Todd Fisher recalls that his late mother, actress Debbie Reynolds, was such a fan of vintage Hollywood memorabilia that she snapped up items whenever she could, however she could.
“My mother’s ‘Good Morning’ outfit from Singin’ in the Rain. For my 28th birthday, she gave me that dress, and I was like, ‘Wow, where did this come from?’” Fisher tells Yahoo Entertainment. “She said, hey, someone had stolen it, and they called her up and said, ‘Debbie, do you want to buy back your dress? And she’s like, ‘Yeah.’”
While the Oscar-nominated actress had many artifacts from Old Hollywood in her museum-caliber collection, including a pair of Dorothy’s ruby slippers from The Wizard of Oz, they weren’t her only prized possessions. Reynolds revered some personal items just as much.
“She had Carrie and my bronze slippers sitting next to the ruby slippers,” Fisher says. “When we were little kids, little tiny slippers, you know, baby shoes that you bronze. I thought that was funny. She was like, ‘These are my three pair of slippers. The Ruby Slippers and then my two children’s.’”
Fisher is now somewhat of a collector himself of cameras and lenses, some of which were used to film classic movies, such as Citizen Kane, The Shining and The Maltese Falcon. He gives some examples of how he uses them in a new short film about what his mother’s collection would look like captured on new technology with vintage lenses.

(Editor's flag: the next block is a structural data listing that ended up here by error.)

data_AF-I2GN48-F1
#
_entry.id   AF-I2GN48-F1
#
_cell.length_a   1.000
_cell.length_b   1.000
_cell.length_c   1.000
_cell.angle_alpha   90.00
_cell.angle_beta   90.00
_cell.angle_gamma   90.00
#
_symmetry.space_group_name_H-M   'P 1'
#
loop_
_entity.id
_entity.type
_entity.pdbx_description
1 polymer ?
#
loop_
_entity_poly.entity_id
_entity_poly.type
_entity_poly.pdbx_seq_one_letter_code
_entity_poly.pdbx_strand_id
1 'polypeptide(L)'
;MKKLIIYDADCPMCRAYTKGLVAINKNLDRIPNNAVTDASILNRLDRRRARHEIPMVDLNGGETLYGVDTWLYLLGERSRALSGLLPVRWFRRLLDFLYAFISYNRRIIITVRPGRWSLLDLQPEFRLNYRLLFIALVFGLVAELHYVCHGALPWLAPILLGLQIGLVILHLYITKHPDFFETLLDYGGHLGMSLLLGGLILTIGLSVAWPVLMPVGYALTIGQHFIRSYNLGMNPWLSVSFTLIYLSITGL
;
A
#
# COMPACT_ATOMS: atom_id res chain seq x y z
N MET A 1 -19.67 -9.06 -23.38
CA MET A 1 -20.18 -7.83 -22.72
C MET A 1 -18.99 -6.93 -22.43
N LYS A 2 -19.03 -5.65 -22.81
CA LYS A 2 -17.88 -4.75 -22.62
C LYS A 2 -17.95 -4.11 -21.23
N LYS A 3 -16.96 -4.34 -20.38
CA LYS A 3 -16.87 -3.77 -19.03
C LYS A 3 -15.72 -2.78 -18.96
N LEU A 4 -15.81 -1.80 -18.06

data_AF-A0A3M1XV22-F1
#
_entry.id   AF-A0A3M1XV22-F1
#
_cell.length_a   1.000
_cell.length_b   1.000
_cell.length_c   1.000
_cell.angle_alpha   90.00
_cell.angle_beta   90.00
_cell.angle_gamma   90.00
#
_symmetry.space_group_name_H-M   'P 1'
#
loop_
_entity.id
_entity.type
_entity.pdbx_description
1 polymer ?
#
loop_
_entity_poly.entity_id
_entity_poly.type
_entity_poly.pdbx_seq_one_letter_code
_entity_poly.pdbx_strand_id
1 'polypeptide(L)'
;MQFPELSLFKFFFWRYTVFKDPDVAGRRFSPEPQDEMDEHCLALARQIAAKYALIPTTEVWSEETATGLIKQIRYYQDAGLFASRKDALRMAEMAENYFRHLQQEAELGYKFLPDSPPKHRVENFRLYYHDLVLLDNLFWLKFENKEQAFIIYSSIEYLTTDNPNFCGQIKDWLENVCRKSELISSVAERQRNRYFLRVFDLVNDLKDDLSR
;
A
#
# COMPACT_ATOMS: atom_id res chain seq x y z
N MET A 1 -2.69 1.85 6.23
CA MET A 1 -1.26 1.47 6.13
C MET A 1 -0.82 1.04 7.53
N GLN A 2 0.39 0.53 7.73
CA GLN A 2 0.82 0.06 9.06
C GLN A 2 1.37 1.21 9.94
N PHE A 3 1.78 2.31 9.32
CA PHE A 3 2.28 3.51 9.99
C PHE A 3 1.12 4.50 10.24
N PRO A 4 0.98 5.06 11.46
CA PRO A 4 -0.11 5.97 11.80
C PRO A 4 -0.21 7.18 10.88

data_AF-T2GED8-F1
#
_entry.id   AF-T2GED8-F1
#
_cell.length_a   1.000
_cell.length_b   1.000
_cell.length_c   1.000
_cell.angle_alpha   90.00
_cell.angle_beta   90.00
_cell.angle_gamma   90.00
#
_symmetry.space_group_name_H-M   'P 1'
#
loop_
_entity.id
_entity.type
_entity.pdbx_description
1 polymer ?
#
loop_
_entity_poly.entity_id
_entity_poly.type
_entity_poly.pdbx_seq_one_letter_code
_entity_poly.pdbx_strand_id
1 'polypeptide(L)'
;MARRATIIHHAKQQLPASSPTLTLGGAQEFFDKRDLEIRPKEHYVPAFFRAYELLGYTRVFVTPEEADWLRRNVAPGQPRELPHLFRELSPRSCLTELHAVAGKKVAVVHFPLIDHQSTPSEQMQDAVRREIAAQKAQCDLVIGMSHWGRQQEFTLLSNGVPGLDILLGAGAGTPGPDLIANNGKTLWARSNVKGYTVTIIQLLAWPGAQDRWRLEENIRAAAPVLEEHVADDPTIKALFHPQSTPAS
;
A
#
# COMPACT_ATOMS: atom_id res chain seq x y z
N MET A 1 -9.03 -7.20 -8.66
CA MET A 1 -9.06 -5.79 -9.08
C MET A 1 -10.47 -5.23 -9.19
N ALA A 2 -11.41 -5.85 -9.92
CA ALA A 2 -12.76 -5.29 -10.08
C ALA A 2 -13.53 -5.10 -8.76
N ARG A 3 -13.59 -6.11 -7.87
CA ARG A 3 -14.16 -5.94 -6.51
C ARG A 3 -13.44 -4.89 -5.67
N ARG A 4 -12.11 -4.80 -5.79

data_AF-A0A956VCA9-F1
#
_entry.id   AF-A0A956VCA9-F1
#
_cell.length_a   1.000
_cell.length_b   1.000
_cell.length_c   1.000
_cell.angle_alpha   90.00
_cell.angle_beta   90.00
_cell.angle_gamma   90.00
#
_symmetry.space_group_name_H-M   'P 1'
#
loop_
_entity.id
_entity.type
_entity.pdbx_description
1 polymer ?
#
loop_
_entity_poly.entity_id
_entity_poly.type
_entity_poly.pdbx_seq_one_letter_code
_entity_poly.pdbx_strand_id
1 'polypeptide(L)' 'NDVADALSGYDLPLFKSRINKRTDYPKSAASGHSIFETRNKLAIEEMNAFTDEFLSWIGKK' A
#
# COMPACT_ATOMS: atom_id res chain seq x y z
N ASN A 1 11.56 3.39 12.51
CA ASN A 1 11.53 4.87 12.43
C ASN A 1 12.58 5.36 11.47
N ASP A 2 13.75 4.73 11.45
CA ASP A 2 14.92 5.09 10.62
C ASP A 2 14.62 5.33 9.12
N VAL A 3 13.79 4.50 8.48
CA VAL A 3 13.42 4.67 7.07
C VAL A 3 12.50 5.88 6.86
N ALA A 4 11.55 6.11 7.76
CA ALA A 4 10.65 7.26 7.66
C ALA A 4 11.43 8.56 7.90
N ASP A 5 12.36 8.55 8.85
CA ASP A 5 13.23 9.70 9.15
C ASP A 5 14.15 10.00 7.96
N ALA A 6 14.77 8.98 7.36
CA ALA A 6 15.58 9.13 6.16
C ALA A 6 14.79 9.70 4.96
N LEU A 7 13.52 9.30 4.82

“The film that we are putting up was really made as a demonstration to show what the old lenses would look like on new technology, new camera technology, so a camera you and I could go out and buy tomorrow is going to produce an image for very little money that actually would rival the image from the $100K camera they were using to shoot back in the day,” Fisher says. “That’s pretty miraculous.”
Reynolds’s collection is astounding through any lens.
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